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Credit Score Decline Spur Debt Cuts by Americans

By Sally Maison
Published: Friday, October 9th, 2009

Market analysts note that US credit score declined this year while lending standards were increased by creditors. According to experts, poorer debt standings and greater difficulty in applying for loan prompted most Americans to trim their debts, particularly focusing on credit card balances. Card balances went down by double digits for most states during September which is a sign of nationwide effort in being debt-free, experts say.

Credit Score Decline Spur Debt Cuts by Americans Research by an independent firm reveals stunning trends in credit card balances for the month of September. Card balance declined by as much as 16 percent for some states while others are not far behind with their equally huge decline. Four states with double digit decline in debts are Nevada, Kentucky, Tennessee, and Ohio. Overall, United States credit card debt went down by 4 percent from June to September, a trend which experts believe could bring what they call the tension of opposites.

Experts say that the nationwide drop in credit score spurred consumers into cutting back on their card debts. At present, the average US credit score is 672, which is two points lower than it was two months ago and four points less than January’s average. Analysts say that consumers in high debt level, which is the case for most Americans, were forced to pay back card balances. Such efforts in deleveraging, experts add, is a sign that consumers are more conscious in how their present actions could affect their financial future.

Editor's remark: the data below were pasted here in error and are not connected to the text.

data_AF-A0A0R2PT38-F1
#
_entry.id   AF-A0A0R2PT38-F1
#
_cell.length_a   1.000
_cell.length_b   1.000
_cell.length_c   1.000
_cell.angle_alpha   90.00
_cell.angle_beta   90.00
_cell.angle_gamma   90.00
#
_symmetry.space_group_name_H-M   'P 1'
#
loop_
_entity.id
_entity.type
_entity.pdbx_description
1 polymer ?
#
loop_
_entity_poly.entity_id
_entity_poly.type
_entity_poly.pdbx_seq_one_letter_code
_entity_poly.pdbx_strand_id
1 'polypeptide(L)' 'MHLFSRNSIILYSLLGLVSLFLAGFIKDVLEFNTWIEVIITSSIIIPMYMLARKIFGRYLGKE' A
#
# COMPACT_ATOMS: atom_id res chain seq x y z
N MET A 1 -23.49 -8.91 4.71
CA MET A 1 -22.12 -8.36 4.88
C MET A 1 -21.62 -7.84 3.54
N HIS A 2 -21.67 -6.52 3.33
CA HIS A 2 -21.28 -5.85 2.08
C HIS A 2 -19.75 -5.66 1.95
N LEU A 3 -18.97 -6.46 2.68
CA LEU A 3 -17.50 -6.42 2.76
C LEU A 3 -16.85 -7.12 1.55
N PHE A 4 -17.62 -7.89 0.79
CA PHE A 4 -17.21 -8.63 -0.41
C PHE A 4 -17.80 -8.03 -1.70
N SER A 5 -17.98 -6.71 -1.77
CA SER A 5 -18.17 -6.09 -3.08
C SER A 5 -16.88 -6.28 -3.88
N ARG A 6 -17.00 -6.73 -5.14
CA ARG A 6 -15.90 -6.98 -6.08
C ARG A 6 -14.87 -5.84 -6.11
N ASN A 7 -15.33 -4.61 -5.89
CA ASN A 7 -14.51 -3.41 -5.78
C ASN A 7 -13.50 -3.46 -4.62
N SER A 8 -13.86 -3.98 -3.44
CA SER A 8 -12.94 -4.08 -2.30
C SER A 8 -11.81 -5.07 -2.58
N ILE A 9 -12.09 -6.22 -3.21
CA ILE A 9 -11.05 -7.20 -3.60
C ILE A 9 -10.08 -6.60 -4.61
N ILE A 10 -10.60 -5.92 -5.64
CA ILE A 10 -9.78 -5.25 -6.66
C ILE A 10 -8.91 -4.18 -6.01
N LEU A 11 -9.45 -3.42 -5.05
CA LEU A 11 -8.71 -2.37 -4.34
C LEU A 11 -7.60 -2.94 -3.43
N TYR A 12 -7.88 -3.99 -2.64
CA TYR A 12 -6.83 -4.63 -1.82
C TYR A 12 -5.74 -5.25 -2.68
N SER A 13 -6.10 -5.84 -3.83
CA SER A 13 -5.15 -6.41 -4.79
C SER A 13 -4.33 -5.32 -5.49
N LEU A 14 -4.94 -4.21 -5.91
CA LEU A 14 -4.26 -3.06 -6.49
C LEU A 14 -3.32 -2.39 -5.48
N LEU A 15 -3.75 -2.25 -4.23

Market researchers also found out that 39 percent of consumers saw an increase in their scores while 29 percent saw theirs drop. The remaining 32 percent kept their scores intact. Texas has the highest percentage of increased scores, with 41 percent of its consumers going up the credit ladder. Only 29 percent got a decrease while 30 percent of Texans did not see a change in their scores.

Decreasing debts and rising scores mean good news for most Americans but experts fear its consequences to economy. They note that diminished activities in the debt sector could impede America’s recovery from recession. According to analysts, slow monetary circulation will keep national economy from regaining its pre-recession vigor. They say that consumer participation is significant in stimulating economic recovery. Specialists also add that low balances do not always mean better scores for consumers. Consumers who apply for credit and pay them regularly are more likely to get lower interest rates and higher scores from the bureaus, analysts say. They also encourage consumers to know more about debt management so they can help both the economy and themselves.

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